There are still many traces in New York of its fifty years’ occupancy by the Dutch. The names of the old Knickerbocker families remind us of the proprietors’ estates, and one still gets glimpses of the high Dutch stoops and quaint marketplaces in the villages along the Hudson River. But, a far more significant bequest of New Netherland to New York was the spirit of absolute government. Under Dutch rule, the people were without charter or popular assembly, and the new English proprietor was content to keep things as they were, publishing his own code of laws for the province. It was not until 1683 that he yielded to pressure from his own colony and the neighbors in New England and Pennsylvania and granted an assembly. Two years later, when King James II came to the English throne, he revoked this grant and made New York the pattern of absolute government to which he tried to make all the English colonies north of Maryland conform. However, the New York deputy governor, Francis Nicholson, deserted his post and sailed back to England. When a new governor sent by King William III arrived in 1691, he brought orders to restore the popular assembly which King James II had suppressed, and from that time on, the colony enjoyed the privilege of self-government.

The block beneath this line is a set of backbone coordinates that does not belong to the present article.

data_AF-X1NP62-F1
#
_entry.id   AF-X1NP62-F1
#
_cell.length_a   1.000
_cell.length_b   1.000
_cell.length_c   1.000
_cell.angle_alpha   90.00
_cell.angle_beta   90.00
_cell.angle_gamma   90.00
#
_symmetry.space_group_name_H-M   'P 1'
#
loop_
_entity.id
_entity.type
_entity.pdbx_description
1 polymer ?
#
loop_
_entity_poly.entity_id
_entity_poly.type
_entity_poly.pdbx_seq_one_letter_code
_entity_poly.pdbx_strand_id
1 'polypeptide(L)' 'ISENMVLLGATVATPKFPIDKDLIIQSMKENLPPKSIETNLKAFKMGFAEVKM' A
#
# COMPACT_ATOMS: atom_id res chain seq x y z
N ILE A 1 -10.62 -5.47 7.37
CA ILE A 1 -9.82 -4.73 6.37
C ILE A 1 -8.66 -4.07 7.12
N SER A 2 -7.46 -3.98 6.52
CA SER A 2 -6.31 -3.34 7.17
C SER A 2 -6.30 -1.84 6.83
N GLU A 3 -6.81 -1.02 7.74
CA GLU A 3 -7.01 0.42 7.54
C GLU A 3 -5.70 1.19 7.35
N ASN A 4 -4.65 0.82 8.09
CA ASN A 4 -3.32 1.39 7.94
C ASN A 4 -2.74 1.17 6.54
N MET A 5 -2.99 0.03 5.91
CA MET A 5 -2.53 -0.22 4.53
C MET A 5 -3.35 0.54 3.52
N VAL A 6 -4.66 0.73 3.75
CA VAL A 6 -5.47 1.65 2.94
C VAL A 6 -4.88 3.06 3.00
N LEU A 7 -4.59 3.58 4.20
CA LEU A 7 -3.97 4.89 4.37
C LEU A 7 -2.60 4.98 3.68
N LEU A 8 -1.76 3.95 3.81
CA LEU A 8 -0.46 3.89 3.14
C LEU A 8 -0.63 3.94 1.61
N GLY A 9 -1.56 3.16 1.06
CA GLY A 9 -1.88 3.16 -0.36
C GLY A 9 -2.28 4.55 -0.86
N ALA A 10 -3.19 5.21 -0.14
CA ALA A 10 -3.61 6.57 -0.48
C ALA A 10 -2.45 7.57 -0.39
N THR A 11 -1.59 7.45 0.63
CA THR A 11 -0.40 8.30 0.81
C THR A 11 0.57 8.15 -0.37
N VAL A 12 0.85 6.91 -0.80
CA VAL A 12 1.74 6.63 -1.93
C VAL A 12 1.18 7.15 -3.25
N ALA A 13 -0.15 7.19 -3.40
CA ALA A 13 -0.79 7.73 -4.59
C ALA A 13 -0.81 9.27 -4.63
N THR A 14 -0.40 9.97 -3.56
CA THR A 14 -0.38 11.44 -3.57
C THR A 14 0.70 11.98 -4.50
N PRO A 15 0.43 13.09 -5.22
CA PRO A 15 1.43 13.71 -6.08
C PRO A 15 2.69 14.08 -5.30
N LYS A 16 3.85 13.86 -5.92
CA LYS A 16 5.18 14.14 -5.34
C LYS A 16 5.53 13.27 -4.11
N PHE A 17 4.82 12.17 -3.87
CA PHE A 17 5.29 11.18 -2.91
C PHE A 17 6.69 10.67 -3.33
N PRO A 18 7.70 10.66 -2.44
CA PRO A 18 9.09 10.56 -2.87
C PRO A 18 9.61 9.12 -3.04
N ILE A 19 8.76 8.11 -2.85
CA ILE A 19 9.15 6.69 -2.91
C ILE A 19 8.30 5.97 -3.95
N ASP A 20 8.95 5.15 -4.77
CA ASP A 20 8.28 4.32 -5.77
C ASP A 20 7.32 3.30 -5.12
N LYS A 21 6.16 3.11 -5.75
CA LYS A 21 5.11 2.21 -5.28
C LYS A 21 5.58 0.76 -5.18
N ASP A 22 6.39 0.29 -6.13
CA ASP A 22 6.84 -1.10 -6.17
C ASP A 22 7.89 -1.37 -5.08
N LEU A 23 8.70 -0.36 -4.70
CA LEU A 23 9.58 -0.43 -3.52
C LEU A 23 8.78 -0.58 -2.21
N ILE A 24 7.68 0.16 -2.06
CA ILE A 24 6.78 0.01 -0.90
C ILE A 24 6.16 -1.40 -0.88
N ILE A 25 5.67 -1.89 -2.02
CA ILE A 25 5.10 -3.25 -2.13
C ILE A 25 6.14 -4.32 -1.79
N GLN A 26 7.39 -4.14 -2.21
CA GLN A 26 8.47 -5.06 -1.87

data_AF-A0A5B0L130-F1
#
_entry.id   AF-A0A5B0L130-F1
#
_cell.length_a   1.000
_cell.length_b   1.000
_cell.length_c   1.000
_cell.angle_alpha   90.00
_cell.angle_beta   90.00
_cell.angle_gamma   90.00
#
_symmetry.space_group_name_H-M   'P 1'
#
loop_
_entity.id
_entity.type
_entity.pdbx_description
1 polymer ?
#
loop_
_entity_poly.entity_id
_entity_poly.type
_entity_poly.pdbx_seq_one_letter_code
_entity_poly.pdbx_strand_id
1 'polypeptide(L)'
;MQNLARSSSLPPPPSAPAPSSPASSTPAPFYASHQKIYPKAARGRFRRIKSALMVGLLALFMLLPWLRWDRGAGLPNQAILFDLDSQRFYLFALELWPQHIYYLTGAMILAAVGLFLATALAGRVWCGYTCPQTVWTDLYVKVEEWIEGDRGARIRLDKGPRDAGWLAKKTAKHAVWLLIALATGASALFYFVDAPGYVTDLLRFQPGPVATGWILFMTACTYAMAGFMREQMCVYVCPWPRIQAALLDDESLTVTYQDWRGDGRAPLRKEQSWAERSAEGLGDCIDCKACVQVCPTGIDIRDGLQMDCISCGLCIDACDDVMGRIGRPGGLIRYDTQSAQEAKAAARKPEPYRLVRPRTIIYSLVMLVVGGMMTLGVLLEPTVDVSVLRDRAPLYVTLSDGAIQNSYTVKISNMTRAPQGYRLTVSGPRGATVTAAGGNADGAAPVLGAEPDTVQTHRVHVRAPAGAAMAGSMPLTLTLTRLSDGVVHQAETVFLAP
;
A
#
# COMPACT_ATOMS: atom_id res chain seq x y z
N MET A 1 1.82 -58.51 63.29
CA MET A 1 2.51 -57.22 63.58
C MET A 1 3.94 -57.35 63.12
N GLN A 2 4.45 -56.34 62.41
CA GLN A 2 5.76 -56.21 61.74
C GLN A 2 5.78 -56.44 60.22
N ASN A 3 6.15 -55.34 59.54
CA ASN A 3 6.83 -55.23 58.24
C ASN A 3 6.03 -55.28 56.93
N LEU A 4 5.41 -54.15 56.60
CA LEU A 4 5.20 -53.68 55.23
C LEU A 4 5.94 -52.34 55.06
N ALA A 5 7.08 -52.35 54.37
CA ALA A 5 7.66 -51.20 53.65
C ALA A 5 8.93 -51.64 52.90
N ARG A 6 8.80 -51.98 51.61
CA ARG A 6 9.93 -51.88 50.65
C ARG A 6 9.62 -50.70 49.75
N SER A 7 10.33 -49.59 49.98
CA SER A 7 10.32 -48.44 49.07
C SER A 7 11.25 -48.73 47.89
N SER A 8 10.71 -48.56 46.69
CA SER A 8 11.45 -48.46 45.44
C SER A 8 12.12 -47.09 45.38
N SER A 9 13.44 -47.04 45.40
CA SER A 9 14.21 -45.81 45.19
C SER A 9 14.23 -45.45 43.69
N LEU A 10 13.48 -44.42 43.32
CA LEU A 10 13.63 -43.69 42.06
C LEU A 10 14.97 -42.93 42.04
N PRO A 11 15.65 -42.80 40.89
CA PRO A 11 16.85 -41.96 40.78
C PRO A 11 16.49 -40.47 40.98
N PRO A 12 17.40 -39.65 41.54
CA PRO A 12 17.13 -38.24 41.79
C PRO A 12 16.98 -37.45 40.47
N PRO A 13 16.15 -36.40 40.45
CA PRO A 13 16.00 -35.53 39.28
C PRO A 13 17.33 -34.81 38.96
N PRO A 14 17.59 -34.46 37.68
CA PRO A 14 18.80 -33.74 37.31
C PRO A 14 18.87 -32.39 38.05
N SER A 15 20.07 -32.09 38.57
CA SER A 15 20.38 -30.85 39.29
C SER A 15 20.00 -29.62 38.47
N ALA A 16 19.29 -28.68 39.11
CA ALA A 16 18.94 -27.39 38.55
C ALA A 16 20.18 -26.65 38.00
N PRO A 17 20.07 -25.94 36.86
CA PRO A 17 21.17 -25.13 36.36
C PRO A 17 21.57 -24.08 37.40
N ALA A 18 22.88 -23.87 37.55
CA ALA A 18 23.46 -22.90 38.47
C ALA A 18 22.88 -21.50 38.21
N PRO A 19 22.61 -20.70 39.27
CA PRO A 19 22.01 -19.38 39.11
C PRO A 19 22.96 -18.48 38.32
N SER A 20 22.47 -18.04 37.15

New York grew slowly. At the time of the foundation of our national government, it was considered a “small state” as compared with Massachusetts, Virginia, and Pennsylvania. It would not be until years later that its growth would begin with the Erie Canal and the New York Central Railroad, which made the Hudson and Mohawk Valleys the main highway to the Great Lakes and the growing West.